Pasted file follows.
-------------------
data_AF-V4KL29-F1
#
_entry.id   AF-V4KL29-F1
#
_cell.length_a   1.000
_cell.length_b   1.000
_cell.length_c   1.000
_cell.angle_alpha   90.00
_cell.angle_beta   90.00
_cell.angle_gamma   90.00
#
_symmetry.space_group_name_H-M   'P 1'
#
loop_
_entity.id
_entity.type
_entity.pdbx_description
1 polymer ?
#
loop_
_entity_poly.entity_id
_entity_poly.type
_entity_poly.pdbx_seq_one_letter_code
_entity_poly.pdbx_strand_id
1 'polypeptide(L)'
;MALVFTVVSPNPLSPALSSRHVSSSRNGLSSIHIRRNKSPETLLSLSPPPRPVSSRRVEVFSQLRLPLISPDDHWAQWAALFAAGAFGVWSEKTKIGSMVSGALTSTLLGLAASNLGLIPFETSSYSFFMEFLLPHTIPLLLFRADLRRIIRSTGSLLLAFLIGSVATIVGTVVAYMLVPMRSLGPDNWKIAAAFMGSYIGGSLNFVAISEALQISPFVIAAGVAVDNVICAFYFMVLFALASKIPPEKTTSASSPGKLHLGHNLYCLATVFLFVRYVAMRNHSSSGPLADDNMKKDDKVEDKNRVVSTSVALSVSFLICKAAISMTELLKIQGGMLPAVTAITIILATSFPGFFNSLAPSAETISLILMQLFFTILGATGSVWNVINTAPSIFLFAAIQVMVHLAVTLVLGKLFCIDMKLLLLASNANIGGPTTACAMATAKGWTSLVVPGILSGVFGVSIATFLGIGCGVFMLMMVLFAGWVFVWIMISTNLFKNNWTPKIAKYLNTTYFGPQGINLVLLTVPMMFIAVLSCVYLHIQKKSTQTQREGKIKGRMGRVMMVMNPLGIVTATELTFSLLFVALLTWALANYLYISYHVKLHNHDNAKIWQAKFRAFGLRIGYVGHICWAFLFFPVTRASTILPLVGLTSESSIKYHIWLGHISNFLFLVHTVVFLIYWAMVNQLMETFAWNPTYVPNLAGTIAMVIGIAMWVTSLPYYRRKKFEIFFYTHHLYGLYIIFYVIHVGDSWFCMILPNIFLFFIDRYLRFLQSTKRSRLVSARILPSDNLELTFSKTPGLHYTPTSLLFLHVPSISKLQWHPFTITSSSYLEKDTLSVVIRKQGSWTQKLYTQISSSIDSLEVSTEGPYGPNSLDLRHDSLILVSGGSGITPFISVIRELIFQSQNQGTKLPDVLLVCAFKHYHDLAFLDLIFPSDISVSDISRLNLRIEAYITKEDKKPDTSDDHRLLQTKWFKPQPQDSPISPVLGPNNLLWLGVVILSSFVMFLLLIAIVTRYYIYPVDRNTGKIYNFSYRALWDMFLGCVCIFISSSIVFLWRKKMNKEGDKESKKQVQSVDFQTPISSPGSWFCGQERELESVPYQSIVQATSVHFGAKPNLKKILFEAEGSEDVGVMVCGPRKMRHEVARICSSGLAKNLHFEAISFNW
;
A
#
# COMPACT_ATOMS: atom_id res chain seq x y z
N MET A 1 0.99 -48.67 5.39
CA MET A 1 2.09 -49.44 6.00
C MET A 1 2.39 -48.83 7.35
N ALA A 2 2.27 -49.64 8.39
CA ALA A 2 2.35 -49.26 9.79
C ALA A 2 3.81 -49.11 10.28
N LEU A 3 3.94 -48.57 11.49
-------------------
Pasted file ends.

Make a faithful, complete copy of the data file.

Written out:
data_AF-V4KL29-F1
#
_entry.id   AF-V4KL29-F1
#
_cell.length_a   1.000
_cell.length_b   1.000
_cell.length_c   1.000
_cell.angle_alpha   90.00
_cell.angle_beta   90.00
_cell.angle_gamma   90.00
#
_symmetry.space_group_name_H-M   'P 1'
#
loop_
_entity.id
_entity.type
_entity.pdbx_description
1 polymer ?
#
loop_
_entity_poly.entity_id
_entity_poly.type
_entity_poly.pdbx_seq_one_letter_code
_entity_poly.pdbx_strand_id
1 'polypeptide(L)'
;MALVFTVVSPNPLSPALSSRHVSSSRNGLSSIHIRRNKSPETLLSLSPPPRPVSSRRVEVFSQLRLPLISPDDHWAQWAALFAAGAFGVWSEKTKIGSMVSGALTSTLLGLAASNLGLIPFETSSYSFFMEFLLPHTIPLLLFRADLRRIIRSTGSLLLAFLIGSVATIVGTVVAYMLVPMRSLGPDNWKIAAAFMGSYIGGSLNFVAISEALQISPFVIAAGVAVDNVICAFYFMVLFALASKIPPEKTTSASSPGKLHLGHNLYCLATVFLFVRYVAMRNHSSSGPLADDNMKKDDKVEDKNRVVSTSVALSVSFLICKAAISMTELLKIQGGMLPAVTAITIILATSFPGFFNSLAPSAETISLILMQLFFTILGATGSVWNVINTAPSIFLFAAIQVMVHLAVTLVLGKLFCIDMKLLLLASNANIGGPTTACAMATAKGWTSLVVPGILSGVFGVSIATFLGIGCGVFMLMMVLFAGWVFVWIMISTNLFKNNWTPKIAKYLNTTYFGPQGINLVLLTVPMMFIAVLSCVYLHIQKKSTQTQREGKIKGRMGRVMMVMNPLGIVTATELTFSLLFVALLTWALANYLYISYHVKLHNHDNAKIWQAKFRAFGLRIGYVGHICWAFLFFPVTRASTILPLVGLTSESSIKYHIWLGHISNFLFLVHTVVFLIYWAMVNQLMETFAWNPTYVPNLAGTIAMVIGIAMWVTSLPYYRRKKFEIFFYTHHLYGLYIIFYVIHVGDSWFCMILPNIFLFFIDRYLRFLQSTKRSRLVSARILPSDNLELTFSKTPGLHYTPTSLLFLHVPSISKLQWHPFTITSSSYLEKDTLSVVIRKQGSWTQKLYTQISSSIDSLEVSTEGPYGPNSLDLRHDSLILVSGGSGITPFISVIRELIFQSQNQGTKLPDVLLVCAFKHYHDLAFLDLIFPSDISVSDISRLNLRIEAYITKEDKKPDTSDDHRLLQTKWFKPQPQDSPISPVLGPNNLLWLGVVILSSFVMFLLLIAIVTRYYIYPVDRNTGKIYNFSYRALWDMFLGCVCIFISSSIVFLWRKKMNKEGDKESKKQVQSVDFQTPISSPGSWFCGQERELESVPYQSIVQATSVHFGAKPNLKKILFEAEGSEDVGVMVCGPRKMRHEVARICSSGLAKNLHFEAISFNW
;
A
#
# COMPACT_ATOMS: atom_id res chain seq x y z
N MET A 1 0.99 -48.67 5.39
CA MET A 1 2.09 -49.44 6.00
C MET A 1 2.39 -48.83 7.35
N ALA A 2 2.27 -49.64 8.39
CA ALA A 2 2.35 -49.26 9.79
C ALA A 2 3.81 -49.11 10.28
N LEU A 3 3.94 -48.57 11.49